[There are some who are “on the Lord’s side;” and there are others who are on the side of sin, and the world, and Satan. That in these two great parties there may be many subdivisions, I grant: but there is no third party. Amongst the godly there may be persons of different sentiments and different habits: and among the ungodly there may also be many different degrees of impiety, and different states of mind: but, still, the great leading features of both parties sufficiently and infallibly attest to which they belong. The distinguishing marks of each I shall trace presently: at present I have only to shew, that two parties do actually exist, and must of necessity exist, as long as there continues an ungodly man on earth. They may be very unequal in their numbers, as was the case in the history before us: an immense multitude, with Aaron at their head, were on the side of idolatry; and a little remnant, with Moses at their head, were “on the Lord’s side.” It is probable, that, at that time, the friends of idolatry poured contempt on the godly as a party, just as the ungodly world do at this day on the advocates of true religion; forgetting that they themselves also are a party, no less than their opponents. But whose fault is it if the godly are a party? Are they to blame for adhering to their duty, and siding with their Lord? No, surely: the blame must attach altogether to those who turn from their God, and are disobedient to his will. And if the godly be but “a little flock” in comparison of their opponents, it may be their misfortune, but it is not their fault, any more than it was the fault of Noah, or of Lot, or of Elijah, that they were so circumstanced in the ages and places wherein they lived. Let it not be thought that I am justifying what is usually called a party spirit; for I cannot but reprobate that as a very great evil: hut I do, and must maintain, that to serve our God with fidelity is our bounden duty, even though the whole world, with Aaron at their head, should depart from him: and, if they choose to designate us as a party, I would have no man ashamed of belonging to a party, of which our Lord and Saviour is himself the Head.]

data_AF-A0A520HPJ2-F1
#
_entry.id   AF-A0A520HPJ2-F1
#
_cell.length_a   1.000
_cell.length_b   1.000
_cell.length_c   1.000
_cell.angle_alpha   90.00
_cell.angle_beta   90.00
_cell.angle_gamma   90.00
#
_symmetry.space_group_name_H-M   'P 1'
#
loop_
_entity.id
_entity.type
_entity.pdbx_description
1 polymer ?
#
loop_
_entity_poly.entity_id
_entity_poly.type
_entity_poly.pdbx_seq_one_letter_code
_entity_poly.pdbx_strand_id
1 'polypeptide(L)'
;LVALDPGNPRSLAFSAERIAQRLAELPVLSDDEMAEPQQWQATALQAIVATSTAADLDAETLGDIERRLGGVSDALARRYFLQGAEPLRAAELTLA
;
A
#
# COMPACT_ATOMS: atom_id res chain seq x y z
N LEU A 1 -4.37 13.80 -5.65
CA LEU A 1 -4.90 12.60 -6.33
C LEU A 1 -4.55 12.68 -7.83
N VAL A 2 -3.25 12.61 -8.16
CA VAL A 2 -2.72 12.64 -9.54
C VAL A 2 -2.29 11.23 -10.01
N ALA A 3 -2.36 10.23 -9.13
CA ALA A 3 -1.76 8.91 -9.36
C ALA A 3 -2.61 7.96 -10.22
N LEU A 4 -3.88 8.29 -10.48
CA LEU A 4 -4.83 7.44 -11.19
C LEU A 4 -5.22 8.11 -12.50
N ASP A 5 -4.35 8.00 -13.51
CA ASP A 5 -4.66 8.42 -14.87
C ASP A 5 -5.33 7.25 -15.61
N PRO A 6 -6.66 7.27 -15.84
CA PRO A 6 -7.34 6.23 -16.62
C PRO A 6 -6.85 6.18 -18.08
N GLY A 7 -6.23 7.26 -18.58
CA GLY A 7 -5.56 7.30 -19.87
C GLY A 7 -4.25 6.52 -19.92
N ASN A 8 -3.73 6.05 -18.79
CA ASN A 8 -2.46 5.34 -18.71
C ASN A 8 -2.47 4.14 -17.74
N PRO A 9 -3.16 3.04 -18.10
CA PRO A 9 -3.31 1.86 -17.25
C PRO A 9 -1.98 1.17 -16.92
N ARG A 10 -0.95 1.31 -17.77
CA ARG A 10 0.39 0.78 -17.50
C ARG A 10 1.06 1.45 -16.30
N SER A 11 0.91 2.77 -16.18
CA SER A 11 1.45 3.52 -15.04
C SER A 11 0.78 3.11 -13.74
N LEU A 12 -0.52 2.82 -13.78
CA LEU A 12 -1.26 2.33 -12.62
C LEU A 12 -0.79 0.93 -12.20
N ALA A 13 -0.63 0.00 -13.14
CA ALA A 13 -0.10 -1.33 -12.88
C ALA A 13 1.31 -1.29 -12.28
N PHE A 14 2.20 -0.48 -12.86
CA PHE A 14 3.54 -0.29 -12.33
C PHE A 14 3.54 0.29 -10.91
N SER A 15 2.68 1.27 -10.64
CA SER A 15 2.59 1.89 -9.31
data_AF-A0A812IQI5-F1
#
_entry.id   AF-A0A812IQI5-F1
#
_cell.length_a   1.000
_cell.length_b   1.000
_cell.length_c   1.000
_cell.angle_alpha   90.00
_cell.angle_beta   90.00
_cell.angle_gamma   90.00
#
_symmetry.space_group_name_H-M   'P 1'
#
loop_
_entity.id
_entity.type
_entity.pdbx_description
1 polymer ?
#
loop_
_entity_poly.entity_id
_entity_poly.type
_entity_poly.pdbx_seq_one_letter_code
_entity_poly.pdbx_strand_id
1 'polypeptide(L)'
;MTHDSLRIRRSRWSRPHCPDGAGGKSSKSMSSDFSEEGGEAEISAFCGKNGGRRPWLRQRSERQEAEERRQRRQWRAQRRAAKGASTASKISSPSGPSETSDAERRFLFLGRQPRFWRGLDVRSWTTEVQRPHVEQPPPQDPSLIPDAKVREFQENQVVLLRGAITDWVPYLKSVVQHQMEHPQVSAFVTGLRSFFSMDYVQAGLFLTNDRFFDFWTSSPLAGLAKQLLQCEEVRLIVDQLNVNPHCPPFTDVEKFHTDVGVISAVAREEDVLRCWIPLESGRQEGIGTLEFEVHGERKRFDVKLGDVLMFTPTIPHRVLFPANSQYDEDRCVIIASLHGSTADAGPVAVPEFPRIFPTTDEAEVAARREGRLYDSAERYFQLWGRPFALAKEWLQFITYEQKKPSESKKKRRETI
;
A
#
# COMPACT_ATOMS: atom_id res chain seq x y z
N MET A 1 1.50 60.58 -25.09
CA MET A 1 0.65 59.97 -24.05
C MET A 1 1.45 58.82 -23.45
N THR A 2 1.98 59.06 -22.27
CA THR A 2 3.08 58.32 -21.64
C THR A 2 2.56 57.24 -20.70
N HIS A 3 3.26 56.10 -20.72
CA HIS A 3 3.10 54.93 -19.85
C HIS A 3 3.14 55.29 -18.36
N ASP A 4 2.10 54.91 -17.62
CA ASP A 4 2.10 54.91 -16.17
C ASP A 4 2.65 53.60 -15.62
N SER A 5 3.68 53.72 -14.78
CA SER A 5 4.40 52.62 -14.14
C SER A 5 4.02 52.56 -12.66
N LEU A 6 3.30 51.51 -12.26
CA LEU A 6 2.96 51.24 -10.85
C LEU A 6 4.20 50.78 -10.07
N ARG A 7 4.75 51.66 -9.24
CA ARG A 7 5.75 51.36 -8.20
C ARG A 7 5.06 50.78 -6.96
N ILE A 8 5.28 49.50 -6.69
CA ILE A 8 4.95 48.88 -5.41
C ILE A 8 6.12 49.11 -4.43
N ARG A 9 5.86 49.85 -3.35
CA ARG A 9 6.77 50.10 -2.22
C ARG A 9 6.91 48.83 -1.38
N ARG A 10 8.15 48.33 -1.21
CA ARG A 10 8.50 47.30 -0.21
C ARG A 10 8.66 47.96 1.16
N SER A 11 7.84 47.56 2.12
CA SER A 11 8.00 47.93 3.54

That it is of great importance to ascertain to which class we belong—
[Both are alike in this respect, that they are rational and nmortal beings: but in many respects they differ widely from each other: the one are “partakers of a divine nature” through the influence of the Spirit of God upon their souls; the others are altogether carnal, possessing nothing but what they brought into the world with them. The one live altogether for God; the others, for themselves. The one are in favour with God; the others are under his just and heavy displeasure. The one will, ere long, stand at the right hand of their Judge; the others will be turned to his left hand, differing as widely from the former as goats from the sheep. The one will be exalted to heaven, and be seated for ever on the throne of God; the others will be cast down to hell, and take their portion in the lake of fire and brimstone for ever and ever. Can these differences be contemplated for a moment, and any doubt remain whether we ought to examine to which class we belong? Methinks the matter should not be left in suspense one single moment; more especially since the means of ascertaining the point are close at hand, and easy to be used. The blessed word of God, if studied with prayer, will enable us to form a very correct judgment. True it is, that we cannot determine the question in relation to each other, because we know not what passes in the hearts of men, and can therefore judge of each other by the outward conduct alone: but we have an internal monitor, that will faithfully discharge its office, if we will listen to it, and will declare to us all that it has seen in the inmost recesses of our hearts: and, if we will but lay, to our own souls, “judgment for a line, and righteousness for a plummet,” we shall soon discover “whose we are,” and with whom we must expect our everlasting abode.]